Here’s a sample of Francis Bacon’s handwriting, which would have been familiar to many people in high places in England during his long life.

From “Certen notes of rememberance owt of the examinacions of H. Walpoole, Jhon Boast & others.”


Next time, we’ll look at more forms of non-documentary proofs of identity, edging our way up to the transformations at the turn of the 20th century.


Higgs, Edward. 2011. Identifying the English: A History of Personal Identification, 1500 to the Present. New York: Continuum.

The more things change...

.. the more they stay the same. Perhaps it’s a special curse afflicting historians and writers of historical fiction, but I keep seeing resonances between the late Elizabethan period and our current political climate. Not straight lines, not full reproductions, but echoes and shimmery reflections.

Who knew what and when did they know it

Devin Nunes

A perennial political question. Sometimes I find it hard to remember why it matters. But here I am, on a morning in late February, reading the Washington Post in accordance with my daily habit, including this article about a memo about another memo. It’s all about the Trump-Russia collusion issue, which is tedious to watch play out in real time, but has potentially very important consequences.

Here’s the article, hope you can still read it. It’s “What we learned from the Democratic response to the Nunes memo — and what we didn’t,” by Philip Bump, February 25, 2018. I’ll give you the second paragraph for the gist:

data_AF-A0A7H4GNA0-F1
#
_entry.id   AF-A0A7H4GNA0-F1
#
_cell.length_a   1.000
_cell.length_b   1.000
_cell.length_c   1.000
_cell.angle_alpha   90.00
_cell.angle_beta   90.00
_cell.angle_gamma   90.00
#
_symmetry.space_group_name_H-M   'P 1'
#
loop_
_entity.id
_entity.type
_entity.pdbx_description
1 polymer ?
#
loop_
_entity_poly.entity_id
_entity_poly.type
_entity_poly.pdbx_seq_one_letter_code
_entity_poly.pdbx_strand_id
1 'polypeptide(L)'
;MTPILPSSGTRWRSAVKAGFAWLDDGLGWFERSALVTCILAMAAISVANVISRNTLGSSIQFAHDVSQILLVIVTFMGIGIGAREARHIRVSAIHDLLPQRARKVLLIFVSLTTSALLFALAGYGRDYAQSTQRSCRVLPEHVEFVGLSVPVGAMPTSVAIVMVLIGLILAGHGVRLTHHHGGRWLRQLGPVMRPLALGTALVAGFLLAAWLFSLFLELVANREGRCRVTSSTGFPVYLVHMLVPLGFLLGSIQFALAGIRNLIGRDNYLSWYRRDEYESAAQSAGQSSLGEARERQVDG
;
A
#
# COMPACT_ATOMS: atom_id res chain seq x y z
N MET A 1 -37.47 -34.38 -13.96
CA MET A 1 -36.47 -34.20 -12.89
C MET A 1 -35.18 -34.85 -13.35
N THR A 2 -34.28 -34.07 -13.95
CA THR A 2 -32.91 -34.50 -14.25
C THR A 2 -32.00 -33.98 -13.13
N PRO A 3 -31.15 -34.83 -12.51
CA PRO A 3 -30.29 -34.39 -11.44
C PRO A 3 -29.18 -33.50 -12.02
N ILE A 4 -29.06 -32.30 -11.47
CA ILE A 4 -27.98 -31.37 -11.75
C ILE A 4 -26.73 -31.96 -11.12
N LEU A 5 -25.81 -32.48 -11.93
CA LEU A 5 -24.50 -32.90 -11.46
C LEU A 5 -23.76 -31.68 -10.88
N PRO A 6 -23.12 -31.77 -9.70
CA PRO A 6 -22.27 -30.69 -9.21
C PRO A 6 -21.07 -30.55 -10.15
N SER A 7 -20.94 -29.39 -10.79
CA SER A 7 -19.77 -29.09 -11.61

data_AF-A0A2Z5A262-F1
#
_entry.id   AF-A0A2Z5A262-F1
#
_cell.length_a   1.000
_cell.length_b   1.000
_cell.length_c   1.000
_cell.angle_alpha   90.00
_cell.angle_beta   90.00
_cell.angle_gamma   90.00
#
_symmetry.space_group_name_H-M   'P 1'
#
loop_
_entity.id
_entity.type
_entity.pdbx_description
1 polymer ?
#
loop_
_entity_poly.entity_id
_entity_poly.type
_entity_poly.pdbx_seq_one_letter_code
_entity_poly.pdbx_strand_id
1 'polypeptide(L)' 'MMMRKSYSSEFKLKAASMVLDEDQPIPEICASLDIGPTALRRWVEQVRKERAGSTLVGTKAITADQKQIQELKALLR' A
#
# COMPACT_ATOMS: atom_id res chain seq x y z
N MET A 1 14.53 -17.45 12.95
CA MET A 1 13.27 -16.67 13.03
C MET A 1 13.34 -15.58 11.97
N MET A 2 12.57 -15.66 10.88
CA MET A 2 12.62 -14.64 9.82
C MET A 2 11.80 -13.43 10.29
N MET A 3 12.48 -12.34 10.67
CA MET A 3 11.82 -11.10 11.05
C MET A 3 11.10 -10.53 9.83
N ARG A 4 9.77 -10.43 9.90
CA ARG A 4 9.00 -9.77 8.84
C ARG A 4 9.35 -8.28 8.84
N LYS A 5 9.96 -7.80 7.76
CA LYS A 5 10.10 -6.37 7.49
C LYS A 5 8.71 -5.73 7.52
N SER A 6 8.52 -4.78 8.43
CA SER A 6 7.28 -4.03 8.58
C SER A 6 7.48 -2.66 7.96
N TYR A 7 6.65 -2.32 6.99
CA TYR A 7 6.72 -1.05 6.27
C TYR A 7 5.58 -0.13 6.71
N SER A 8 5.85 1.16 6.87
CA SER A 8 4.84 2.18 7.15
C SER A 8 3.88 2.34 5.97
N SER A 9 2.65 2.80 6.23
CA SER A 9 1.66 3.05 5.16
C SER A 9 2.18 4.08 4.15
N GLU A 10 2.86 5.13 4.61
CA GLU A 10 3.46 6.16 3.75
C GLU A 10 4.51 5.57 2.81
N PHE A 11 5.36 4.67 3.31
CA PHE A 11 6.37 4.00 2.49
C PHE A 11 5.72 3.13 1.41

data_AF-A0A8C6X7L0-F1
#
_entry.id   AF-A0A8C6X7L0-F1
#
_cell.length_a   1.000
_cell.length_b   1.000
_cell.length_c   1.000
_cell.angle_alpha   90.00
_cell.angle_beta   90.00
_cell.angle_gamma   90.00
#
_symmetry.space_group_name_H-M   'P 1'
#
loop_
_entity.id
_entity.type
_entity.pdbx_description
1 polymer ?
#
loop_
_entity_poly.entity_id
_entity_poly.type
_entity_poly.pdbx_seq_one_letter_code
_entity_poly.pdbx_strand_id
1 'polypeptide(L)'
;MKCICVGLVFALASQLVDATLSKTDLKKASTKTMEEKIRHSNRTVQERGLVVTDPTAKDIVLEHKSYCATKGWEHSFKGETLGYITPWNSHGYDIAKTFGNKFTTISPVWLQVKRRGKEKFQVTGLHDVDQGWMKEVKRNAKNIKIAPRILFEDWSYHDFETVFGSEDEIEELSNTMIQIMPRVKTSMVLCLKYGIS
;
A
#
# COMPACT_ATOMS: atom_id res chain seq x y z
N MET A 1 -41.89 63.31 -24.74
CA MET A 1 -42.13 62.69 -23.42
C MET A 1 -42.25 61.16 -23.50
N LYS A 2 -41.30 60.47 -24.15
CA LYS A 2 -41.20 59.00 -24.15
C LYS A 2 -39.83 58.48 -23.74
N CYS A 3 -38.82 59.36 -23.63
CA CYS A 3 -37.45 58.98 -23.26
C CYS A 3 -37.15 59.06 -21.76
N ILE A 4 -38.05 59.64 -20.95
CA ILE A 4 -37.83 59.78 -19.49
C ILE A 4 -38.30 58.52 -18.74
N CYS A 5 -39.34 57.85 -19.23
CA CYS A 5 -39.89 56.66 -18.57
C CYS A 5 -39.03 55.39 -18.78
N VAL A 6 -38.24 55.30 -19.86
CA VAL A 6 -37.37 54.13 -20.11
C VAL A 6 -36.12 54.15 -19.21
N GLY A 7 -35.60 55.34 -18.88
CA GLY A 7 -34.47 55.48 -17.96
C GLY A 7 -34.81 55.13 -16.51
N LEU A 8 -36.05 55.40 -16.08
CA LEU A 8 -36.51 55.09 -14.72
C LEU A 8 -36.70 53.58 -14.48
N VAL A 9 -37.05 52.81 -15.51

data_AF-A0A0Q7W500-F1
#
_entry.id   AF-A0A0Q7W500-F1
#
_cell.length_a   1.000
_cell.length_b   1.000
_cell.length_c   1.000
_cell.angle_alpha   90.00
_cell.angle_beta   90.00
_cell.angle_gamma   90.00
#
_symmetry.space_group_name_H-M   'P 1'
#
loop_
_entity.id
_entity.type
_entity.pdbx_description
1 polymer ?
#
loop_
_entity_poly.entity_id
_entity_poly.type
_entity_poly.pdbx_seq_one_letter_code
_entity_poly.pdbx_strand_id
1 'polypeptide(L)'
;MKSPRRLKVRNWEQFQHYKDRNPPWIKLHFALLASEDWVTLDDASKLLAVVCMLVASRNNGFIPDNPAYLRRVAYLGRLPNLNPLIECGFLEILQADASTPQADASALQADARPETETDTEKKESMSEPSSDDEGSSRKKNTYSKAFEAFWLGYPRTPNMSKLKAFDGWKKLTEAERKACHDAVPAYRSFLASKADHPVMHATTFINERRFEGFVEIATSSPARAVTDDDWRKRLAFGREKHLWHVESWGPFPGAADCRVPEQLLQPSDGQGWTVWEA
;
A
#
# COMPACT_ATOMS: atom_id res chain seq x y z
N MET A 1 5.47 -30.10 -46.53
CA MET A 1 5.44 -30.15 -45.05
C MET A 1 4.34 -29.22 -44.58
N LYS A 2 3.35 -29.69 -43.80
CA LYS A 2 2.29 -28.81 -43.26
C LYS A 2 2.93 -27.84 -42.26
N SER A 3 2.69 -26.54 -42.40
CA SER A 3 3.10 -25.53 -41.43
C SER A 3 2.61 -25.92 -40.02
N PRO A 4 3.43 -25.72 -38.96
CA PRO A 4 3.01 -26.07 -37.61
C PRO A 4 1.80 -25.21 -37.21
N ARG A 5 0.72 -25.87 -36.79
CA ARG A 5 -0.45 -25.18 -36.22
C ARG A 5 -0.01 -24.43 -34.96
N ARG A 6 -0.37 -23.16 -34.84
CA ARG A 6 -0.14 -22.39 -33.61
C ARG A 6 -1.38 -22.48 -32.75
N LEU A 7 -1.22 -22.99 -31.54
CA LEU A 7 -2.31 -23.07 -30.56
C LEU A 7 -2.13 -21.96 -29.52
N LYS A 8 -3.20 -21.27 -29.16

“Understanding the memo released by the Democratic members of the House Intelligence Committee requires the context of Nunes’s original memo, released to great fanfare earlier this month in an effort to paint the FBI’s investigation into Russian interference as politically biased. Nunes presented a scenario in which a Trump campaign staffer, Carter Page, faced federal surveillance on the basis of information collected by former British intelligence officer Christopher Steele, who was working indirectly for the Democratic Party and Hillary Clinton’s campaign through a research firm called Fusion GPS.”

This whole issue hinges on who knew what at what time. Not exactly the same as my Elizabethan example, but in the same realm.

Who said what to whom and when

As Queen Elizabeth approached her sixth decade, her courtiers began speculating about her Elizabeth-I-Allegorical-Posuccessor. Not openly — that would be treason — but since she refused to name a successor for fear it would result in her immediate assassination, speculation was all they had. The smart money was on King James VI of Scotland, so the most astute courtiers began cultivating his good will early on.

These astute courtiers included, obviously, Lord Burghley, the Queen’s Lord Treasurer, himself a very old man, but with a son’s future to secure (Robert Cecil.) Also eager to advance apace was the dashing Earl of Essex, the Queen’s favorite and a most impatient man. The earl was aided by his astute and articulate older sister, Penelope Rich, whose sole biography I was reading last night: Maud Stepney Rawson’s Penelope Rich and Her Circle (London: Hutchinson & Co., 1911.)